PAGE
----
Michæl McFarland Campbell

Always telling the story

Archive for the ‘Ireland’ tag

European Men’s Internet Sex Survey 2024

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I have just been sent (and have now completed) the EMIS study (European Men’s Internet Sex Survey) 2024. It is completely anonymous and provides vital information about gay men’s health in Ireland and Europe. 

EMIS, a collaborative effort involving the academic, community, and governmental entities throughout Europe, was initiated in 2010 and reiterated in 2017, generously supported by the European Union Health Programme. Its primary objective is to inform interventions concerning sexual health among men who have sex with men (MSM).

The overarching goal of EMIS is to delineate the divergent sexual health requirements among various demographics of men, alongside estimating the prevalence of distinct risk and precautionary behaviours.

As a result of EMIS, an extensive array of technical and community reports have been generated, accompanied by numerous scientific publications. Moreover, the project has established 26 indicators spanning 60 countries across four continents, integrated within the UNAIDS Key Population Atlas.

The profound impact of EMIS is evident in the transformation it has instigated within the landscape of gay health across numerous European nations.

If you live in Europe (including the United Kingdom), it would be great if you could participate. The survey is at http://www.emis-project.eu/.

There is a lot of information about the survey, please click on the number 2024 to bring you to the survey. 

Please encourage your friends or family who are gay or bisexual to complete it, too. 

Written by Michæl McFarland Campbell

April 12th, 2024 at 2:49 am

Registering to vote is now much easier in Ireland

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Historically, registering to vote in Ireland involved a trip to the local Garda station to get a paper form stamped. Fortunately, those days are gone, and it is much simpler now. You can register to vote, online, at any time.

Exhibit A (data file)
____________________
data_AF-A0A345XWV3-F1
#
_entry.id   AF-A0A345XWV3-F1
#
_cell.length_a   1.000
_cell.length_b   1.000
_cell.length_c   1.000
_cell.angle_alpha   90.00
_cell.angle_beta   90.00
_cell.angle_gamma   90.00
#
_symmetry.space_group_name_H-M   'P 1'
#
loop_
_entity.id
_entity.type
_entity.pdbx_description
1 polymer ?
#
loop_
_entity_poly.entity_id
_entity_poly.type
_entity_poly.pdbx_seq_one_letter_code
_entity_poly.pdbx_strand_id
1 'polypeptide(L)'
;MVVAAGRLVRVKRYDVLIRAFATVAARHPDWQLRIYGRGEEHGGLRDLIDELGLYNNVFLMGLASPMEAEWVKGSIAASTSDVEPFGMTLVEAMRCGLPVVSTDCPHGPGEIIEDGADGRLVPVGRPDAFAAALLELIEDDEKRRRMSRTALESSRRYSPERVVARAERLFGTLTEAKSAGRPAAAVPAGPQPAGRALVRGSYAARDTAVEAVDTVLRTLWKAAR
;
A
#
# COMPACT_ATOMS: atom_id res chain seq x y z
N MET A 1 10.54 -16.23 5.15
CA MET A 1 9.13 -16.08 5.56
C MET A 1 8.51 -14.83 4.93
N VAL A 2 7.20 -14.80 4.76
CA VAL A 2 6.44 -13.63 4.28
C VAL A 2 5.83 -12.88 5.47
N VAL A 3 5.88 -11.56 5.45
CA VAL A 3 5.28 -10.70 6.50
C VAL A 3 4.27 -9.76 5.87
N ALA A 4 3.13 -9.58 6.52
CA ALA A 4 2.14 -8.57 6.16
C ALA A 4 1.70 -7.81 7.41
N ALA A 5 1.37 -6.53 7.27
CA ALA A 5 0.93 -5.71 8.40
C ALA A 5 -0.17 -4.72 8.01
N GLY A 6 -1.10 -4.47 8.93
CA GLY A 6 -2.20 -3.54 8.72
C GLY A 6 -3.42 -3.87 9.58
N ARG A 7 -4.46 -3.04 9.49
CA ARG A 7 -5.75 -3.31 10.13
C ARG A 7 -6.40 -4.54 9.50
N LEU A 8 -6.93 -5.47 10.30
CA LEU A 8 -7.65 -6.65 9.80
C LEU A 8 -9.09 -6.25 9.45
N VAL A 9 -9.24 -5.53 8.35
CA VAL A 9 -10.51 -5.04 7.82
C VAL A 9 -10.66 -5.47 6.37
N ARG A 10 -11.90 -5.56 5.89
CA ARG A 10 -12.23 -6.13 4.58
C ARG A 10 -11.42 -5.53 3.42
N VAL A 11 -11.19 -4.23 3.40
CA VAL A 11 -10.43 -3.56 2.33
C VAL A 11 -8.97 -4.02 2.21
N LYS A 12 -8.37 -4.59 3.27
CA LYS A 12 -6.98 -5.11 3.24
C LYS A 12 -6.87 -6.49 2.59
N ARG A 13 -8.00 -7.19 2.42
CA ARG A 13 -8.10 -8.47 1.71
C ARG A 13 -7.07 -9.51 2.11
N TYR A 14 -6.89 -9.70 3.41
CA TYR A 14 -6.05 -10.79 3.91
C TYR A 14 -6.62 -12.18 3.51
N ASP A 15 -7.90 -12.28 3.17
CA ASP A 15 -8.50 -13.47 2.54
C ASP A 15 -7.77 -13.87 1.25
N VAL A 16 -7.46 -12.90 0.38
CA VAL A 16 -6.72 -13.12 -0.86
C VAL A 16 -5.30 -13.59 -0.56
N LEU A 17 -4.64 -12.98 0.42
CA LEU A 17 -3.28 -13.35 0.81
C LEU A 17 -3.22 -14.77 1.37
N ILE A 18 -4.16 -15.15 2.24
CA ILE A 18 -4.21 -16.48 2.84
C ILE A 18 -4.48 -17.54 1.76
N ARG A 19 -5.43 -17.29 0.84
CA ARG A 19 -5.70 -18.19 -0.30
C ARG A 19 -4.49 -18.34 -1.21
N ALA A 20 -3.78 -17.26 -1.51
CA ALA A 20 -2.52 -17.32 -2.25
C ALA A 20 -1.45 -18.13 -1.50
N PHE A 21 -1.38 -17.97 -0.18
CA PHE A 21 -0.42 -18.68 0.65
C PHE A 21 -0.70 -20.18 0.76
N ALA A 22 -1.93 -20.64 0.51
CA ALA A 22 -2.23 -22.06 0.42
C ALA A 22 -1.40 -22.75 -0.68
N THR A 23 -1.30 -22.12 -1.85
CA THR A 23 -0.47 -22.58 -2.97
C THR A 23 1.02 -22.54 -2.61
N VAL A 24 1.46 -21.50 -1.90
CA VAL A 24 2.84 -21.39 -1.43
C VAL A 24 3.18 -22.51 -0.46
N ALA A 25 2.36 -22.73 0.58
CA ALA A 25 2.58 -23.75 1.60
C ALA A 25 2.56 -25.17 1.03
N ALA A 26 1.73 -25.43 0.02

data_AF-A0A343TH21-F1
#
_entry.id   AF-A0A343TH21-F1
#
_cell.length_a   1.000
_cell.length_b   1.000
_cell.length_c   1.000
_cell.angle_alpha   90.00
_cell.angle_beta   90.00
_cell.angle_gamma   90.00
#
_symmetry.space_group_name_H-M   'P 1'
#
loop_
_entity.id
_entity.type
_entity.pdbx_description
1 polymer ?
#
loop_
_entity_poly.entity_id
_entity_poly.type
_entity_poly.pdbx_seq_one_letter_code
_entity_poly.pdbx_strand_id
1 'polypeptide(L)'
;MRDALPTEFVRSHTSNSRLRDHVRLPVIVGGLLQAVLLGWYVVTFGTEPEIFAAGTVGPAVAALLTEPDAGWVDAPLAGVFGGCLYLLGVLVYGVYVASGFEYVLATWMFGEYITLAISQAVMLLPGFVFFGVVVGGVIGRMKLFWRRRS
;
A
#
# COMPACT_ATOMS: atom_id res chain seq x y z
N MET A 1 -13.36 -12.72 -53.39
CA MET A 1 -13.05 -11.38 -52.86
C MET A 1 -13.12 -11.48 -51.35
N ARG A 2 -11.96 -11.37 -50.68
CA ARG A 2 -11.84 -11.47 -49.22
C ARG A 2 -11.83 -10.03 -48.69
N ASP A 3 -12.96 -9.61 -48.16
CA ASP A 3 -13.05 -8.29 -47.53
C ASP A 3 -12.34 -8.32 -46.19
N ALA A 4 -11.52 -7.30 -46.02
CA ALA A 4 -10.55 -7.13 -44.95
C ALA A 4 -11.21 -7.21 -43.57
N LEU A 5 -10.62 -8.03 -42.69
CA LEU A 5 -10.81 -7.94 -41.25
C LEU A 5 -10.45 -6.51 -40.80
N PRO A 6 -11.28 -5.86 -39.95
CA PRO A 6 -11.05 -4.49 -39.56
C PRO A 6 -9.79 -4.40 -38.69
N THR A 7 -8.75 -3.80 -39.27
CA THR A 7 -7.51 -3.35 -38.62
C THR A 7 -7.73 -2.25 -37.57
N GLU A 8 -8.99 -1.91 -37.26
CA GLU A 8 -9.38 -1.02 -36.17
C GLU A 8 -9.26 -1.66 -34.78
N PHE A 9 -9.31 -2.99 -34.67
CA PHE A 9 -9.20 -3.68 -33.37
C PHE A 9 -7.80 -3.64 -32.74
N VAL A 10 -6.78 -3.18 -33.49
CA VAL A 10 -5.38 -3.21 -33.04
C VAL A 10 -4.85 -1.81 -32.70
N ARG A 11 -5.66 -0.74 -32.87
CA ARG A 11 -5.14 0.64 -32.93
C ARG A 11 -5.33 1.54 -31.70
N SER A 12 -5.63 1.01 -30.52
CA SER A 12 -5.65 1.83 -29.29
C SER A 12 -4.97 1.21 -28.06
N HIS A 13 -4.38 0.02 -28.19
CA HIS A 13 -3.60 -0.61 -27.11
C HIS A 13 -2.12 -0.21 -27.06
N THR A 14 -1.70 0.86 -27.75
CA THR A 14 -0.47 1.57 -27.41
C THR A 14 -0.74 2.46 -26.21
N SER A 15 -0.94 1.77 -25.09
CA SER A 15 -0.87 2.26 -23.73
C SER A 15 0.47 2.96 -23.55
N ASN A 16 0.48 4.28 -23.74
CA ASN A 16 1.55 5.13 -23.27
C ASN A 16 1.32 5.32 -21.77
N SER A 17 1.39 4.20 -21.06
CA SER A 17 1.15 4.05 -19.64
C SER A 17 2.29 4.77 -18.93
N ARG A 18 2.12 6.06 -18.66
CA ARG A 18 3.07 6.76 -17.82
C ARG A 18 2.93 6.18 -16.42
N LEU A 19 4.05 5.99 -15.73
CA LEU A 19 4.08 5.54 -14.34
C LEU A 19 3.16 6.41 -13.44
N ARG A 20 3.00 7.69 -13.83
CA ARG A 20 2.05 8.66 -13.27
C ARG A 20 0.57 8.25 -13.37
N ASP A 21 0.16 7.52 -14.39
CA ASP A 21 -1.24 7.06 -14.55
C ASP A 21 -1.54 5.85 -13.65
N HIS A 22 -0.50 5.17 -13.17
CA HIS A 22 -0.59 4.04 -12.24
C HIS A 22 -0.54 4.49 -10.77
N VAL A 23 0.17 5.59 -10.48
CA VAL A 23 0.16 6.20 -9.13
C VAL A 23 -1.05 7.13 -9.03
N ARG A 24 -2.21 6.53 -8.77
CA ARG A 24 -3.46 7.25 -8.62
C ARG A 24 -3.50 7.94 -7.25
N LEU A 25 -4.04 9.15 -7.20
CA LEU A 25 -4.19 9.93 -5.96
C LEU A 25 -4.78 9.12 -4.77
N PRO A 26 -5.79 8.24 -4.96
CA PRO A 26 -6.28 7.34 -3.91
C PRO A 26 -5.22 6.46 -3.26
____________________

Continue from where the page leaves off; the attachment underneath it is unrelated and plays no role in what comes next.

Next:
Simply go to www.checktheregister.ie and complete your details to be added to the electoral register. You can check the registration and update your details if you are already registered. If you are a first-time registrant, then you complete that form instead.

The details you’ll need to provide are:

  • your PPS number
  • your date of birth
  • your Eircode

These details are needed for your local authority to confirm your details. And that is it! You’ll be ready to vote, should an election or a referendum be called!

Three reasons why your vote is important

  1. It gives you a say on important issues that affect you — from roads and recycling, to education and climate change, to housing and employment.
  2. It gives you the choice to vote for your local and national representatives, if you don’t vote, other people get to choose who represents you.
  3. Elections can be called at short notice — if you don’t register 15 days or more before an election or referendum, you may not be able to vote. It is as simple past that.

Written by Michæl McFarland Campbell

December 15th, 2022 at 5:33 pm

Accessibility issues at Iarnród Éireann lifts

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For the last few weeks, travelling between Monasterevin and Port Laoise, I have noticed new signage at the lifts at stations on the Iarnród Éireann network. Helpfully this signage has large clear icons next to the instructions to aid understanding. The instructions are shown both as Gaeilge and in English. There is an additional line of Braille under the instructions to improve accessibility. All of this is much better than the previous signage. However, I have spotted a couple of issues with what is displayed, and have highlighted these to Iarnród Éireann.

First of all, the second and third of the large clear icons seem to be in the wrong places. The second instruction,